As with everything, it depends. There are various instances when you actually need one to get the best out of your hard earned audio kit; the most common being power hungry, high impedance headphones (which is roughly anything over 25 ohms). When listening to music on your iPod you’re sending a digital signal through the devices in-built amplifier up into your earbuds. The iPod (and DAPs like it) is only really designed to comfortably power smaller headphones and the size of its amplifier reflects this. Should you then receive a nice pair of Sennheiser HD700s for your birthday you’ll likely be disappointed as the iPod amp simply won’t be able to supply the power needed for a decent sound. This is where a separate amplifier like the FiiO E12 comes in to play, it can take the input signal, magnify it without distortion and supply a decent output volume to feed your headphones. Even without expensive cans; a separate amplifier can do wonders for increasing the quality of sound. Pumping a little extra power into the signal can tighten up the bass frequencies, define individual instruments and spread the soundstage so your music will feel more natural and fresh. You don’t even need to spend much money to get a decent starter bit of kit; the FiiO E06 is a lovely, warm and powerful little amp for only £20.99. [caption id="" align="aligncenter" width="235"] The FiiO E06. Tiny yet powerful.[/caption]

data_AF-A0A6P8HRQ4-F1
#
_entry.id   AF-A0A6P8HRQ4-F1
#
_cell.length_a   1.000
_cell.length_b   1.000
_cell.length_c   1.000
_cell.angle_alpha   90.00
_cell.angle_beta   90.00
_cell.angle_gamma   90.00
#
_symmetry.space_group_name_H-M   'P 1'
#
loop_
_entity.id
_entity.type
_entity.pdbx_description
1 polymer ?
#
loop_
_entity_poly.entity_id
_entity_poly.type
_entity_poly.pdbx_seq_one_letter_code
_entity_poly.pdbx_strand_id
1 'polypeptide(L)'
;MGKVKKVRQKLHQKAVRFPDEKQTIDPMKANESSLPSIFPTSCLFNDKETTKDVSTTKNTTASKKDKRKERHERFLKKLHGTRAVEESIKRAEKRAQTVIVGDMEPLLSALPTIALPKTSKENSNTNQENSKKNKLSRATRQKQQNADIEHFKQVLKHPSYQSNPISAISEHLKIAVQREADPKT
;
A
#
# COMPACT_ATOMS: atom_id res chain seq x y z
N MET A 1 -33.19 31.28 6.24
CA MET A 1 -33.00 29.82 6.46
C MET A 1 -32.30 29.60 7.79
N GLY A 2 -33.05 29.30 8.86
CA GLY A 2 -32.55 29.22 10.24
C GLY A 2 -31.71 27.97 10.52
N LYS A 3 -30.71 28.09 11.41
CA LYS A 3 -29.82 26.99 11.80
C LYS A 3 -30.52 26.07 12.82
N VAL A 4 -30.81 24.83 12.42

Ok, I’m convinced. But what amplifier is best for me?

Well, what do need it for? What do you want to experience? The beauty of amplifiers from a design perspective is that between the initial gain and the output volume there is much room for tweaking. Some manufacturers like their outputs slightly warmer, some like it neutral. You will find some companies keep it simple while others push the capabilities of the unit to the extreme. In a nutshell, whatever you want you can probably find. As an introductory model you can’t go too wrong with the FiiO E06, its low price point hides the power within while its small size and light weight seamlessly integrate with your current set-up. It’s the best amp for the curious yet casual listener. If you want to take the next step and create a serious audio rig to complement more serious listening habits then I’d start with the FiiO E11K, this amp costs not that much more than the E06 but adds considerably more body and detail to the sound. It can also power those high impedance headphones (from 16 to 150 ohms) we were talking about quite nicely. In fact, FiiO do a whole range of amplifiers with varying specs to cater for everyone, novice and expert alike. Take for example the E18 Kunlun; this Swiss-Army knife of an amplifier was designed with mobile phones in mind and can function not just as an amp but also a backup battery should the worst happen and the battery dies mid-One Direction. Then with a simple switch it can turn into an outboard USB-DAC (digital audio converter) to boost the soundscape coming from a computer, you can even use dedicated buttons on your device to play, skip and stop the music. It’s an impressively purposeful bit of kit at remarkable value. So with choice so vast and varied the question now is why haven’t you taken the step and begun listening through an amp. Give it go, you might surprise yourself.